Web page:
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With its rich and diverse ecosystem, Cambodia’s Tonle Sap Lake is often described as the beating heart of the country, supporting the livelihoods of more than one million people and attracting visitors from across the region.
Yet, climate change and man-made pressures are affecting the lake, resulting in a drastic reduction in its fish stocks and worrying low water levels.
Earlier this year, the Global Nature Fund designated it as the world’s most “threatened” for 2016.
“In recent years, the water volume continuously declined with negative impacts on fish migration and the import of sediments,” GNF said in a statement.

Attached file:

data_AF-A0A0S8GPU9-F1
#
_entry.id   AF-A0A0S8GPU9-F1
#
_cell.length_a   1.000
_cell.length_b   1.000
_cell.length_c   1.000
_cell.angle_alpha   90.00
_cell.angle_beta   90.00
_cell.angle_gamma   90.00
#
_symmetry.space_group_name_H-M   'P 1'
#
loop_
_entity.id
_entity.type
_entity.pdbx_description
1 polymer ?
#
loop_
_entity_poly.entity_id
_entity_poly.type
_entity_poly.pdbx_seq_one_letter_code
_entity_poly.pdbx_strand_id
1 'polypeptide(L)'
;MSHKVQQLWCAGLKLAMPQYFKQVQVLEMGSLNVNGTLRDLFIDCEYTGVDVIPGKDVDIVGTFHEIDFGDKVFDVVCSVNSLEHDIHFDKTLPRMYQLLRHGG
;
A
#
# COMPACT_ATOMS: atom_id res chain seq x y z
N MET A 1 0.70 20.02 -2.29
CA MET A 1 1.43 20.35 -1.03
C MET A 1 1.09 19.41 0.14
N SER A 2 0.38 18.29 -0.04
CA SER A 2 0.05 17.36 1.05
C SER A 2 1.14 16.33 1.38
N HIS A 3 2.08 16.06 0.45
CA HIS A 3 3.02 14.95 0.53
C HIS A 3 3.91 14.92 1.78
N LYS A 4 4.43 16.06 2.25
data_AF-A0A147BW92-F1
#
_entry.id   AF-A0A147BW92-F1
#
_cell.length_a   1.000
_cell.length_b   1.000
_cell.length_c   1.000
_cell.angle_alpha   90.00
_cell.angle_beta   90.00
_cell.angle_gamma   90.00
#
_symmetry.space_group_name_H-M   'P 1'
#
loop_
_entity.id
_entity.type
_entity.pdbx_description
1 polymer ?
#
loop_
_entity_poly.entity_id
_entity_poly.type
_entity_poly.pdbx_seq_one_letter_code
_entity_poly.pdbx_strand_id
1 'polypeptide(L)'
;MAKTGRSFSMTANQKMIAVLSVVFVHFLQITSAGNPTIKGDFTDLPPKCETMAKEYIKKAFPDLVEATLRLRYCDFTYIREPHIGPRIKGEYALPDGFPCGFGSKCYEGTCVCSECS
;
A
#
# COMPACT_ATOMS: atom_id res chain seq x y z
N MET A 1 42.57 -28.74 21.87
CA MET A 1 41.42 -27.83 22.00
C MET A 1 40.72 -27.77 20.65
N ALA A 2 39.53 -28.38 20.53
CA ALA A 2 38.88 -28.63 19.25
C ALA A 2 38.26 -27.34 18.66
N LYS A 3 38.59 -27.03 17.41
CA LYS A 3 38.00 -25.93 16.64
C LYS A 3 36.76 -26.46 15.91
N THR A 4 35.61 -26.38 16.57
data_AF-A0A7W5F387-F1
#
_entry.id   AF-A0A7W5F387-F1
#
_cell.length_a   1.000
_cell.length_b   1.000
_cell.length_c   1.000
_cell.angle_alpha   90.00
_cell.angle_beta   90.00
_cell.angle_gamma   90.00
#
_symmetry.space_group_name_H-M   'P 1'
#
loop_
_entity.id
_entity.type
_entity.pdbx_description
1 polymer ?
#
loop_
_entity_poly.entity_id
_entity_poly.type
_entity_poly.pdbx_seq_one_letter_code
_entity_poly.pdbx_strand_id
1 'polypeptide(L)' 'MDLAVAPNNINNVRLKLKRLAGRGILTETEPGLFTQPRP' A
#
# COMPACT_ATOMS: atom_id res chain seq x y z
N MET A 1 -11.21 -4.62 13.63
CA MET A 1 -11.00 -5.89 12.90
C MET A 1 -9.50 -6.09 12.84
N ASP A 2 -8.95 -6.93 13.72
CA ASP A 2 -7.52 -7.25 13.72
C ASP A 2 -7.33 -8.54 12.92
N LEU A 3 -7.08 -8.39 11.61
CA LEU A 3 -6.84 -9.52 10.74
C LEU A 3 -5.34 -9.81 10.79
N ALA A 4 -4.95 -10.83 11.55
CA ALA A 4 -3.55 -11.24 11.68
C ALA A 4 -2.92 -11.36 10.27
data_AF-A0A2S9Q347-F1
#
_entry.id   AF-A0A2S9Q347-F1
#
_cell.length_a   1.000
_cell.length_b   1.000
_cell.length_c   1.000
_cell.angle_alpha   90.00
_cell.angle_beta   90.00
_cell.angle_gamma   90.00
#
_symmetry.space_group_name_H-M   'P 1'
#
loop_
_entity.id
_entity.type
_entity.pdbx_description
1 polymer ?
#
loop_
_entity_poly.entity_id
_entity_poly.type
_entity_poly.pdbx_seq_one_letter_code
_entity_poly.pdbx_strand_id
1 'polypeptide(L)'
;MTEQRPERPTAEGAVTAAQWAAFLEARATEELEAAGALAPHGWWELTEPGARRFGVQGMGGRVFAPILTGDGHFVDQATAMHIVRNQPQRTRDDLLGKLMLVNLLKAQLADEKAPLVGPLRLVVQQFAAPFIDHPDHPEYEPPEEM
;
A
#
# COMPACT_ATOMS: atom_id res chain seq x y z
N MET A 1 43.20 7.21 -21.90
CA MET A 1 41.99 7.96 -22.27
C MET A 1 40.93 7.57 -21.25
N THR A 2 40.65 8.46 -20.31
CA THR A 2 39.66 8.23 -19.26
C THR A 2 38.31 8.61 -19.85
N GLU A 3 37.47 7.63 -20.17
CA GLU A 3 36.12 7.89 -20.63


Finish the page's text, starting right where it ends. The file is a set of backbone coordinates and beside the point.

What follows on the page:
“In some places in the Tonle Sap Lake, the water level dropped more and more in the dry season and wetlands dried up permanently. Beyond that, illegal fishing methods, like poison, explosives and small-meshed nets are often used.”
For years, fishermen have earned a living from the lake’s waters, which spread across 16,000sq km.
But things have changed recently for people like Bun That, whose family have been fishing for generations.
“For the past several years, the catch got less and less and I couldn’t feed my family,” he said.
“So I gave up and looked for work as a taxi driver.”
In 2016, the region saw an unprecedented drought but – according to officials – environmental factors and man-made effects pressure were mainly to blame.
The lake is vital for the region, and for a part of the population it is their only option to survive.
If the current situation continues, many may have to find other ways to earn a living.